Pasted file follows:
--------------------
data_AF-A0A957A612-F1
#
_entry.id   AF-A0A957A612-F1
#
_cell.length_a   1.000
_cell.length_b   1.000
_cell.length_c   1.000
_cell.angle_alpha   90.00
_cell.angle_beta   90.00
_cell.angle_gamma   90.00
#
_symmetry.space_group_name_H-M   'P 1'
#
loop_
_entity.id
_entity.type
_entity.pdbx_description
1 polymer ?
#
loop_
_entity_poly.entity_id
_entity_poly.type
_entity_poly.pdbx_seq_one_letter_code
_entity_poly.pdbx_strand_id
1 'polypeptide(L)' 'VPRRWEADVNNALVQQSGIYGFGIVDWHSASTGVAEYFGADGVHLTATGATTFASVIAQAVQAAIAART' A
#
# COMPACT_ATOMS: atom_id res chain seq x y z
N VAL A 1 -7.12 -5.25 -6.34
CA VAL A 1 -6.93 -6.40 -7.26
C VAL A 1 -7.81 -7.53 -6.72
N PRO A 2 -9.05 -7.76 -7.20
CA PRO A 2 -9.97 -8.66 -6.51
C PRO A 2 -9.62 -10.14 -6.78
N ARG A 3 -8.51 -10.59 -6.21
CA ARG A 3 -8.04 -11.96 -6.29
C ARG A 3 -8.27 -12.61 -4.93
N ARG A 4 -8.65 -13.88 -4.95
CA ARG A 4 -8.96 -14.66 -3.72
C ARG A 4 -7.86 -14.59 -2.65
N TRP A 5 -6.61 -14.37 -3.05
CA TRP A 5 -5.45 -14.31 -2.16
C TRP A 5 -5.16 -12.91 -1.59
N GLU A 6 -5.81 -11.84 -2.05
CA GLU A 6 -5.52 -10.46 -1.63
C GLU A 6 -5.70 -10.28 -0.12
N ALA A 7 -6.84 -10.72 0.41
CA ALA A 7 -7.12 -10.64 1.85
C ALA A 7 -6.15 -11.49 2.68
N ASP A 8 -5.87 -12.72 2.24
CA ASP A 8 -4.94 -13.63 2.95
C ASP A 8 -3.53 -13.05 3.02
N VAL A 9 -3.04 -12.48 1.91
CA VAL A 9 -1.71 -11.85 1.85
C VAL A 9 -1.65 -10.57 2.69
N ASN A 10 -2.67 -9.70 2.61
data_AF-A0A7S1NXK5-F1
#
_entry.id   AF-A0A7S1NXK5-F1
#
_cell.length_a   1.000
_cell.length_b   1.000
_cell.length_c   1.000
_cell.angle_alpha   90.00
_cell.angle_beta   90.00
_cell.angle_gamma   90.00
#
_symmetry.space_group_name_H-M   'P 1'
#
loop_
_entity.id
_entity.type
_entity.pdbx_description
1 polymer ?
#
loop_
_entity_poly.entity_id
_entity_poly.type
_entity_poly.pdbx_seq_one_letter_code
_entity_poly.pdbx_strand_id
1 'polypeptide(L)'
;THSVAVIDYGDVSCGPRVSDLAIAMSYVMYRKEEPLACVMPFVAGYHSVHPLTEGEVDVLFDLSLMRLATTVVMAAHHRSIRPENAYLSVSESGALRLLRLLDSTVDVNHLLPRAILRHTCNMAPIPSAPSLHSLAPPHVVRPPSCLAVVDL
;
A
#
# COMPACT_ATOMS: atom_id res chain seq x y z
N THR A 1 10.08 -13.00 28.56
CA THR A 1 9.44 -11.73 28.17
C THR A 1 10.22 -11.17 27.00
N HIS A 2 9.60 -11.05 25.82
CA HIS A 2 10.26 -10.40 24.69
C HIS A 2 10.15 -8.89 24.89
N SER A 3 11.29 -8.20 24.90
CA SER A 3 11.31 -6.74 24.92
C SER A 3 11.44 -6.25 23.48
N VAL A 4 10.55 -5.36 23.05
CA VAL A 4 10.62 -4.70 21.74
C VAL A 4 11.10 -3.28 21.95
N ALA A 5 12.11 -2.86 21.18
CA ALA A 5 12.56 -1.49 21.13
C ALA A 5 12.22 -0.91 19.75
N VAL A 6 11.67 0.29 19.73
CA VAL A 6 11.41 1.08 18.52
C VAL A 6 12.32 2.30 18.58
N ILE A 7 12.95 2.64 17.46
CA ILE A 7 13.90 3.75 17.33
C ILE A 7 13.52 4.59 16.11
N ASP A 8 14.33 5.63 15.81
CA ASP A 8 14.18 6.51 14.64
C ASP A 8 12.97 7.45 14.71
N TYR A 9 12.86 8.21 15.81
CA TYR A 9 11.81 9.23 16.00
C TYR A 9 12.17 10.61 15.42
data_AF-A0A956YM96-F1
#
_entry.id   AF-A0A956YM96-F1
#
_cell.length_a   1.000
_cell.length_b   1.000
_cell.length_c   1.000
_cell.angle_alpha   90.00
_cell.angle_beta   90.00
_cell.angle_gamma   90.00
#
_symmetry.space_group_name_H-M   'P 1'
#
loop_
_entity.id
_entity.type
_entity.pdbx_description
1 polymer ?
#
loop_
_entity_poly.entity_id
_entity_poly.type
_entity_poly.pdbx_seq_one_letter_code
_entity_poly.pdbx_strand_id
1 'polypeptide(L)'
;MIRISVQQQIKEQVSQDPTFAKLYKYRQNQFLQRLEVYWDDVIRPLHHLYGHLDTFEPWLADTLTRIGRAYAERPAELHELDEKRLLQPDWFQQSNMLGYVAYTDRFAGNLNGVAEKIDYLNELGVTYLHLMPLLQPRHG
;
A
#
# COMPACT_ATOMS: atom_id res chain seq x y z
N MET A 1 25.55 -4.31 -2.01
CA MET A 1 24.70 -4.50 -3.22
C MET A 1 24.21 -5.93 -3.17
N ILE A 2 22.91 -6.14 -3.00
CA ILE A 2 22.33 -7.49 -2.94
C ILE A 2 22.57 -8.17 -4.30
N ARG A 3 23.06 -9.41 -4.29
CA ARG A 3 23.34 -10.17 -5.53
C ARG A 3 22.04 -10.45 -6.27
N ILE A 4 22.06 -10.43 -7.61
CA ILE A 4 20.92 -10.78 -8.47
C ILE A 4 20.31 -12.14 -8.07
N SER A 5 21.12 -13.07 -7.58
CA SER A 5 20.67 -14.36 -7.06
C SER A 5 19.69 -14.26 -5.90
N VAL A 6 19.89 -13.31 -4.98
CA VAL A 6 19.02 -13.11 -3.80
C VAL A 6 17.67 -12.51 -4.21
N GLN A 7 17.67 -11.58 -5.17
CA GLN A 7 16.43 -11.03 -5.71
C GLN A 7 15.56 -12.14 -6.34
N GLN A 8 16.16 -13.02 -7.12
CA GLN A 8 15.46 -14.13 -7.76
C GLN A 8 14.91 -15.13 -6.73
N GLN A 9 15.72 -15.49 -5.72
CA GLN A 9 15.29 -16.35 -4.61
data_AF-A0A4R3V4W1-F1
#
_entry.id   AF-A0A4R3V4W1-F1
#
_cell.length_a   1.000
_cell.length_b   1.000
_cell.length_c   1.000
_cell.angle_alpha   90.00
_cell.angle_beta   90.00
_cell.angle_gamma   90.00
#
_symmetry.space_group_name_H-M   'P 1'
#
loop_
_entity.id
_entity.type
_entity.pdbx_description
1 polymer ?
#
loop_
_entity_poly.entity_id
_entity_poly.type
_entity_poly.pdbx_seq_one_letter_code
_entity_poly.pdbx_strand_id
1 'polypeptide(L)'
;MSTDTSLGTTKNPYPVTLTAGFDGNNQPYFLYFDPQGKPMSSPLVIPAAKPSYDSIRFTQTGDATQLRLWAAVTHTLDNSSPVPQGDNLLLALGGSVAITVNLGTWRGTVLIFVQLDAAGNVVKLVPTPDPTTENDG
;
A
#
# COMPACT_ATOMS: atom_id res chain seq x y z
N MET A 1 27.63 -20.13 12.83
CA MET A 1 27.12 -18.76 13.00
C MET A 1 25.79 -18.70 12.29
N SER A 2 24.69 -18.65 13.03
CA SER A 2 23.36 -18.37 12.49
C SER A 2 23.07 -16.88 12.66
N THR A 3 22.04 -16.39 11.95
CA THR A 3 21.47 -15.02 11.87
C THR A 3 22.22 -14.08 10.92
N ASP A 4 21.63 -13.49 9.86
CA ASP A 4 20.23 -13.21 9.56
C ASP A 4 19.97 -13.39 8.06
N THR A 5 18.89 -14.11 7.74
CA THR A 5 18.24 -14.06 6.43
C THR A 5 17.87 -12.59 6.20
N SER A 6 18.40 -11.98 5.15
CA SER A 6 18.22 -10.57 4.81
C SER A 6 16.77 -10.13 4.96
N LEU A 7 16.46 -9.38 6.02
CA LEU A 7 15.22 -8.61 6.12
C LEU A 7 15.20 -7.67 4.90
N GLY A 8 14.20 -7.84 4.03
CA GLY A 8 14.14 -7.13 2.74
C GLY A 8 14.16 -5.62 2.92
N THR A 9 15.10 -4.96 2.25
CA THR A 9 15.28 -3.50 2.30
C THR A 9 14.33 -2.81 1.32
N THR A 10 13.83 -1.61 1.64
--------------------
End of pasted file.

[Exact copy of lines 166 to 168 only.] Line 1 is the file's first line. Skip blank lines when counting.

C GLN A 8 14.91 -15.13 -6.73
N GLN A 9 15.72 -15.49 -5.72
CA GLN A 9 15.29 -16.35 -4.61